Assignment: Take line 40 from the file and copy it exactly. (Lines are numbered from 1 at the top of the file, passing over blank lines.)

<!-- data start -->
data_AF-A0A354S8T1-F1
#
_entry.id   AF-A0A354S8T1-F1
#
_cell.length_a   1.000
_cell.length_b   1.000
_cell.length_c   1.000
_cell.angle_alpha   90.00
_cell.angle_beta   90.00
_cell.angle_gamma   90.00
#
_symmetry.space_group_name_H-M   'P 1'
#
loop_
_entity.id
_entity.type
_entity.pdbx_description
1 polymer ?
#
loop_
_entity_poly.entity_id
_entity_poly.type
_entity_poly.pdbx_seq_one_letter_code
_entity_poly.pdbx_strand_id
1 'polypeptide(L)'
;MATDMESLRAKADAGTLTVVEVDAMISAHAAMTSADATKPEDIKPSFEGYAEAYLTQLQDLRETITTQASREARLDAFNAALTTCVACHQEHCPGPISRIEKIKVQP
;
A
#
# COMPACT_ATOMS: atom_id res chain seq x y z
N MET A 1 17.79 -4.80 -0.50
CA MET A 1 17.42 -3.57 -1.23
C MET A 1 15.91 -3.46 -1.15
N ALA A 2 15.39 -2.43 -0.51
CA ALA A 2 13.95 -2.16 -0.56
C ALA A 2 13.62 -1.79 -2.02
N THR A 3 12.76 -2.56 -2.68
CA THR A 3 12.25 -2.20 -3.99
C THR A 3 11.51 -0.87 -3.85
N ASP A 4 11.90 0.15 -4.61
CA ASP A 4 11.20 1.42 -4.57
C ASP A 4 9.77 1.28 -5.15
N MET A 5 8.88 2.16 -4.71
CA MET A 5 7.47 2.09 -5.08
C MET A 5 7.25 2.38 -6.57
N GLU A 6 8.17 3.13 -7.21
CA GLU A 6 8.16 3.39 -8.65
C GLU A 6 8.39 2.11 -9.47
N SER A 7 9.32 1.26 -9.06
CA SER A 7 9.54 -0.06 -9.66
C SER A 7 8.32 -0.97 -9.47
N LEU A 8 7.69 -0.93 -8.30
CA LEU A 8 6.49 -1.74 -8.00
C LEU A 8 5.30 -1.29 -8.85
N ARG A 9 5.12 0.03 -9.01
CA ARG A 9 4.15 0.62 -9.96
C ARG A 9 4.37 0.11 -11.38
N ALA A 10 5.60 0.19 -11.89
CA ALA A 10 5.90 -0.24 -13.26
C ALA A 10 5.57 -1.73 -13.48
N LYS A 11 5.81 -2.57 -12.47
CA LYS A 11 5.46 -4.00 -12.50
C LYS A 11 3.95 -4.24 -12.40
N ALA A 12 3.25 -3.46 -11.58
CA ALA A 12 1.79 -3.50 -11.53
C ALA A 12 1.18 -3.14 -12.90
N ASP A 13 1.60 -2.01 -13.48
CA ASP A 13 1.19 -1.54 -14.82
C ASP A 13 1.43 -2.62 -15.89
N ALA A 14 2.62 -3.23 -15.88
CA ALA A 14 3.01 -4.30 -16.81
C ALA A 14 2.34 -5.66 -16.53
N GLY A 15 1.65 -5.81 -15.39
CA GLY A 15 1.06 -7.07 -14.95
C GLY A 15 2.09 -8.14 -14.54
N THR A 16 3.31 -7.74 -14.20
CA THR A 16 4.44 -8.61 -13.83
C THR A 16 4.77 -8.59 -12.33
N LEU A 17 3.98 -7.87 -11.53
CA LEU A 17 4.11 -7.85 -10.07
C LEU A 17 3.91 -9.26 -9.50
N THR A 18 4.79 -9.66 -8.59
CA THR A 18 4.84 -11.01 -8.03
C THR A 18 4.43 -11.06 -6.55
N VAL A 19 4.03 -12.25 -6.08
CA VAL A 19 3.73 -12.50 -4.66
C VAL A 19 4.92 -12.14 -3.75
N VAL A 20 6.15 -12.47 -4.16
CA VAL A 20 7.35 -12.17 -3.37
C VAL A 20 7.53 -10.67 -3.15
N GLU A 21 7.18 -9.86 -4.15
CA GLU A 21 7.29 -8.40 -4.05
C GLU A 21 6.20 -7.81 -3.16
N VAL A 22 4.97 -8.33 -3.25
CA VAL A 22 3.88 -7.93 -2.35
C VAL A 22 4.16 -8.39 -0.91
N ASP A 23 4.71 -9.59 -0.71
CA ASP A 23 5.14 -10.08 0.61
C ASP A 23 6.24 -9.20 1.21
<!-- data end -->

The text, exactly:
N ASP A 4 11.90 0.15 -4.61